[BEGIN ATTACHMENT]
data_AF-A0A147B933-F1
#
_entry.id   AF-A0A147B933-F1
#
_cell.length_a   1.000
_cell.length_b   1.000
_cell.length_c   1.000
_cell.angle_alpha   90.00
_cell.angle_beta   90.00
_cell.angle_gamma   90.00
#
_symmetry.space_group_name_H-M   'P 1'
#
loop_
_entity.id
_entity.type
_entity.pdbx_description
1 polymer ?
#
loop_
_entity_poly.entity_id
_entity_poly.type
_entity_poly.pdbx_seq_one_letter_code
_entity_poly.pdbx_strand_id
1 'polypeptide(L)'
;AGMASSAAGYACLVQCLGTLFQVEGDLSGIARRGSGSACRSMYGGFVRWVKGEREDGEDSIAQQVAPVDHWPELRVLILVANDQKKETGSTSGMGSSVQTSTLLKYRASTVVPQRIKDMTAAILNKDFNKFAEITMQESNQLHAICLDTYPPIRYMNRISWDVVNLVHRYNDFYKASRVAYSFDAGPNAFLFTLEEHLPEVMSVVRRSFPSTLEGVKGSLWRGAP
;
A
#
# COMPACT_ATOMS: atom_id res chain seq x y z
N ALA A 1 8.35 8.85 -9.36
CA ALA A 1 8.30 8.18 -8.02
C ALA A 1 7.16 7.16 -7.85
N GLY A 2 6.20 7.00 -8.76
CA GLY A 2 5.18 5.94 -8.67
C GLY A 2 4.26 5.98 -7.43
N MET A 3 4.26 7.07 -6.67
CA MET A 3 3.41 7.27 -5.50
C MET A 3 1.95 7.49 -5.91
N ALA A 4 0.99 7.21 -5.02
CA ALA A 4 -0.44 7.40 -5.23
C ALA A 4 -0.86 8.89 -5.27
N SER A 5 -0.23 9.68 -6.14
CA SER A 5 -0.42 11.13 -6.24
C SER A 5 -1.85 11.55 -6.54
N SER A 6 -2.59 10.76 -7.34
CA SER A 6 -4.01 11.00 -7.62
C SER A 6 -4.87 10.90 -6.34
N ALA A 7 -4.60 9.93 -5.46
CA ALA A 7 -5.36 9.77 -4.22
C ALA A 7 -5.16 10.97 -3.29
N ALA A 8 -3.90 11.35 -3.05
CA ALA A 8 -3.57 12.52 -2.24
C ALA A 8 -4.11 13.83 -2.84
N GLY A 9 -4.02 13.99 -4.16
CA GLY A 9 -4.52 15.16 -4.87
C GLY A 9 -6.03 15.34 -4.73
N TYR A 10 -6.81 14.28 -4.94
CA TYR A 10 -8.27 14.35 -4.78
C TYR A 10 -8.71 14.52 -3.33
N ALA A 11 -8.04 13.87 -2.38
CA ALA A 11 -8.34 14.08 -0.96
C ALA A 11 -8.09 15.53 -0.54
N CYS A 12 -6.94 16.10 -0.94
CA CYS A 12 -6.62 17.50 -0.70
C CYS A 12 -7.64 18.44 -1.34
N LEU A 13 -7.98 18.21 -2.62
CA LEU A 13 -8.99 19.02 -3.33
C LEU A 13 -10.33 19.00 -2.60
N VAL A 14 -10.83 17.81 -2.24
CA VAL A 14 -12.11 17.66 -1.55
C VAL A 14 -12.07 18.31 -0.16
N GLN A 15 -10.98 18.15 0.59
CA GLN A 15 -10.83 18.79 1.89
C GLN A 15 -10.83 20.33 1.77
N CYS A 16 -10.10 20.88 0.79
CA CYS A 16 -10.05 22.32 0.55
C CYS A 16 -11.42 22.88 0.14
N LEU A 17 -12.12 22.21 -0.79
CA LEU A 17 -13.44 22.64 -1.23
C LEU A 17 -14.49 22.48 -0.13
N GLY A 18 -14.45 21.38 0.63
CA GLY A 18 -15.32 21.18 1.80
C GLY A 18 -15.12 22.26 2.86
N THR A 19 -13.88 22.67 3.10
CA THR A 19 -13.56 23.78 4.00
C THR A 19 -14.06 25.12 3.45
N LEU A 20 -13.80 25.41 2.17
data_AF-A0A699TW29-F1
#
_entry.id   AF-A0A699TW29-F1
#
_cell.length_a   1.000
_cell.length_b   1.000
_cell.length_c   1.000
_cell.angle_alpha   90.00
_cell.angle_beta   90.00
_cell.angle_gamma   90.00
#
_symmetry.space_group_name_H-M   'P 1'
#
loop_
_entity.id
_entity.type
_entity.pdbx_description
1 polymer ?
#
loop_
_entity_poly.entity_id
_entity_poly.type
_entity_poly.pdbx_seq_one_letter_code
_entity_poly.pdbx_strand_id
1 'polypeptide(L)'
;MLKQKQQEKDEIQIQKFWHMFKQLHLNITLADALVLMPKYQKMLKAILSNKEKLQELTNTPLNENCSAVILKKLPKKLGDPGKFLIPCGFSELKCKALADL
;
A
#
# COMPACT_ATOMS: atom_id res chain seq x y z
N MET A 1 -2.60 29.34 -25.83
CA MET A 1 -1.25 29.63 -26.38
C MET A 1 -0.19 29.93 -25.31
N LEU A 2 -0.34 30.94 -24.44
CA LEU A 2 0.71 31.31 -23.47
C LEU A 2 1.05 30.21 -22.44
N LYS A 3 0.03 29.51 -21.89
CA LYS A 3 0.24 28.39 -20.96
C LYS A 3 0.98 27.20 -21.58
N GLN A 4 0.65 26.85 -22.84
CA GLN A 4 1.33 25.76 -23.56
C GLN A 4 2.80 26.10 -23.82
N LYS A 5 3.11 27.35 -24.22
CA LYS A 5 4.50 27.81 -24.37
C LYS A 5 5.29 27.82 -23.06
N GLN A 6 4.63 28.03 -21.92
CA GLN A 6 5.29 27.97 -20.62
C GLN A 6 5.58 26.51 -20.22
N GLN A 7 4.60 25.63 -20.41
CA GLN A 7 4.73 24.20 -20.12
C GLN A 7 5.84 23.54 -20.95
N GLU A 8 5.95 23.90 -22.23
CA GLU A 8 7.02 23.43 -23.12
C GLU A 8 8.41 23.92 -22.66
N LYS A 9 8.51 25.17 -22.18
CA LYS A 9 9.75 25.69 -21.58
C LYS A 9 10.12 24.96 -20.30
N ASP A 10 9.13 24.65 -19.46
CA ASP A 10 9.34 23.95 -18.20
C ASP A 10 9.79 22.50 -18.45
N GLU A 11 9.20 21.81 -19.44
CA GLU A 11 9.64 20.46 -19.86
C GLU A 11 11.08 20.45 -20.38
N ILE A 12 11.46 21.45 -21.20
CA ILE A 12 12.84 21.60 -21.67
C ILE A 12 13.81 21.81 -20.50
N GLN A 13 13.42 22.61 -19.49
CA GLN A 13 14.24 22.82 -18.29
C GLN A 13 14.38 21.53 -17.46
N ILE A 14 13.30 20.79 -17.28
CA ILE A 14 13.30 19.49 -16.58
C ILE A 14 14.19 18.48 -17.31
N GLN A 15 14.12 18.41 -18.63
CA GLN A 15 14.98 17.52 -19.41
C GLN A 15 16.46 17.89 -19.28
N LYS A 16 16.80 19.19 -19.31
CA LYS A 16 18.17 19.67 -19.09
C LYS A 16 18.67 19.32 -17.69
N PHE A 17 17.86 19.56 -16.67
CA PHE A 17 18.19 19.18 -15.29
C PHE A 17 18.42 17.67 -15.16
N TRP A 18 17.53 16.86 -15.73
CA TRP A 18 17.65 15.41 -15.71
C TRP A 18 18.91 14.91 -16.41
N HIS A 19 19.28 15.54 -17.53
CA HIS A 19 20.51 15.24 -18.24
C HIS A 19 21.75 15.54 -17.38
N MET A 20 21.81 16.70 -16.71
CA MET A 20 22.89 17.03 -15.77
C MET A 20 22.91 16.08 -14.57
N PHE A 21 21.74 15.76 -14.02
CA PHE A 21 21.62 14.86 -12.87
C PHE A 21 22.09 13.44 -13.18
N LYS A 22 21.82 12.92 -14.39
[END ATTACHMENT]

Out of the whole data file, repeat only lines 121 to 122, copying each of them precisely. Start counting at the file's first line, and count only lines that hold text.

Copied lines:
C MET A 1 -0.19 29.93 -25.31
N LEU A 2 -0.34 30.94 -24.44